July 15, 2006
|Safeguarding Amish Country Popcorn||9/11, "War On Terror" Politics|
About three miles from the nearest town, Brian Lehman's popcorn factory near Berne has somehow ended up on the federal government's list of potential terrorist targets.
"I don't have a clue why we're on the list. We're on a gravel road, not even blacktop. We're nowhere," said Lehman, owner of Amish Country Popcorn, which employs five people.
Nevertheless, Amish Country Popcorn is one of 8,591 places or events in Indiana that the Department of Homeland Security regards as serious potential terrorist targets, according to an inspector general's report that raised questions about the accuracy and relevance of what's known as the National Asset Database.
Indiana has about 30 percent more listed potential targets than New York (5,687) and nearly twice as many as California (3,212), putting Indiana atop the nation's list of potential terrorism targets.
What's more, the number of potential Indiana targets rose from 322 in 2004 to 8,303 in 2005.
Amish Country isn't the only odd-sounding site in the federal database.
Without divulging specifics, the list includes 77,069 U.S. sites where terrorists might strike — including a flea market, a petting zoo, ice cream parlors, several Wal-Marts and a tackle shop.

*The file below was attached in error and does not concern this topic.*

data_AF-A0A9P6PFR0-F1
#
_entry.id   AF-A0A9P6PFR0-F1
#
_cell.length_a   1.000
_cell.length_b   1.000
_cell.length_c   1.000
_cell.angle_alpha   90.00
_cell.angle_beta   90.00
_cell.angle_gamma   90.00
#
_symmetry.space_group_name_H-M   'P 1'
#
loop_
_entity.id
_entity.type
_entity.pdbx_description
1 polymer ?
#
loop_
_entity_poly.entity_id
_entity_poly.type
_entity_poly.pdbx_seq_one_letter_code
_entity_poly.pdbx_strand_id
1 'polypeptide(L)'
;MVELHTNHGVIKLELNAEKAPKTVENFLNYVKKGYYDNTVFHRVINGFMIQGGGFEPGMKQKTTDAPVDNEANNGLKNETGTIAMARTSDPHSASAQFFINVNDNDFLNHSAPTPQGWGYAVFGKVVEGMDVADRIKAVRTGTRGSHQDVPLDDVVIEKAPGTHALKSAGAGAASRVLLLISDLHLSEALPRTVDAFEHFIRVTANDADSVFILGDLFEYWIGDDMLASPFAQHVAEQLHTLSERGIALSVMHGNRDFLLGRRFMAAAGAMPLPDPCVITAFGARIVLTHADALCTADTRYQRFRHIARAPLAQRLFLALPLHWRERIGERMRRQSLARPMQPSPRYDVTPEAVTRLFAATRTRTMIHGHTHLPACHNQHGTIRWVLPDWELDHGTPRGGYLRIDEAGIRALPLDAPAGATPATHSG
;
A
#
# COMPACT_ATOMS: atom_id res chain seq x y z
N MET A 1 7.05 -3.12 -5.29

The government's database is used to determine how much states should get out of hundreds of millions of dollars in federal anti-terrorism grants. [...]
The findings drew the ire of some lawmakers, particularly in New York, which saw its portion of funds shrink this year.
"Now we know why the Homeland Security grant formula came out as wacky as it was," Sen. Charles Schumer, D-N.Y., told The New York Times. "This report is the smoking gun that thoroughly indicts the system." [...]
The list may have become inflated because states were left to interpret a request for potential targets however they wanted.
Pam Bright, a spokeswoman for the state's Homeland Security Department, said federal administrators asked Indiana to make a list of "critical infrastructure and resources," not a list of potential terrorist sites.
"There was not a clear definition of what they wanted, so Indiana took the safe side and submitted all of our important infrastructures," Bright said. "If that's not what they wanted, they should have sent it back and said that's not what they wanted. [Emphasis added]
Amish Country Popcorn. It makes us laugh, but it should also make us angry. It would be one thing if somebody at DHS carelessly published a bogus list. But this is much worse than that. This information made it all the way through the grant process for allocating over $700 million in Homeland Security funds to the states. Imagine the level of incompetence and inattention that requires.
I've said this before, but it really does matter whether people in government believe in government. The Bush regime is full of people who don't believe in the public good and don't believe government has a legitimate, useful role to play in safeguarding and supporting the public good. They have an ideological distrust of of government. It's small wonder, then, that they suck at governing. Boy, do they ever.